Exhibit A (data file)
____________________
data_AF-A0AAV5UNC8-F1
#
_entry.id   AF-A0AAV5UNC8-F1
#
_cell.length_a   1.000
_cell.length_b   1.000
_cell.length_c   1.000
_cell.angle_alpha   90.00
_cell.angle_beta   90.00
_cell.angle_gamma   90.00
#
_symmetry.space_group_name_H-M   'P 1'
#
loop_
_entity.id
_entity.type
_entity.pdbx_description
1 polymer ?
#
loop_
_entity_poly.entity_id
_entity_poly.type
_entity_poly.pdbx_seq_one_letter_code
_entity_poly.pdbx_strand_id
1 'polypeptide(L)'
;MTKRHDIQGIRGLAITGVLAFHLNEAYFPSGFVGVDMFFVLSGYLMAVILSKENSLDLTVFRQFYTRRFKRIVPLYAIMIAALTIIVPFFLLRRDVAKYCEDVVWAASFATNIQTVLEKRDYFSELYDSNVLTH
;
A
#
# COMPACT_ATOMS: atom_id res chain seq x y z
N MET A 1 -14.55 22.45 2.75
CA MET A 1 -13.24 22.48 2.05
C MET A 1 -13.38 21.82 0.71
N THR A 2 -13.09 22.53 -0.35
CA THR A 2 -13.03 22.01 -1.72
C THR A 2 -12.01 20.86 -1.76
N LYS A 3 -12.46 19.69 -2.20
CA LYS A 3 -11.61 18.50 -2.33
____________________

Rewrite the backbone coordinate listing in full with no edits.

data_AF-A0AAV5UNC8-F1
#
_entry.id   AF-A0AAV5UNC8-F1
#
_cell.length_a   1.000
_cell.length_b   1.000
_cell.length_c   1.000
_cell.angle_alpha   90.00
_cell.angle_beta   90.00
_cell.angle_gamma   90.00
#
_symmetry.space_group_name_H-M   'P 1'
#
loop_
_entity.id
_entity.type
_entity.pdbx_description
1 polymer ?
#
loop_
_entity_poly.entity_id
_entity_poly.type
_entity_poly.pdbx_seq_one_letter_code
_entity_poly.pdbx_strand_id
1 'polypeptide(L)'
;MTKRHDIQGIRGLAITGVLAFHLNEAYFPSGFVGVDMFFVLSGYLMAVILSKENSLDLTVFRQFYTRRFKRIVPLYAIMIAALTIIVPFFLLRRDVAKYCEDVVWAASFATNIQTVLEKRDYFSELYDSNVLTH
;
A
#
# COMPACT_ATOMS: atom_id res chain seq x y z
N MET A 1 -14.55 22.45 2.75
CA MET A 1 -13.24 22.48 2.05
C MET A 1 -13.38 21.82 0.71
N THR A 2 -13.09 22.53 -0.35
CA THR A 2 -13.03 22.01 -1.72
C THR A 2 -12.01 20.86 -1.76
N LYS A 3 -12.46 19.69 -2.20
CA LYS A 3 -11.61 18.50 -2.33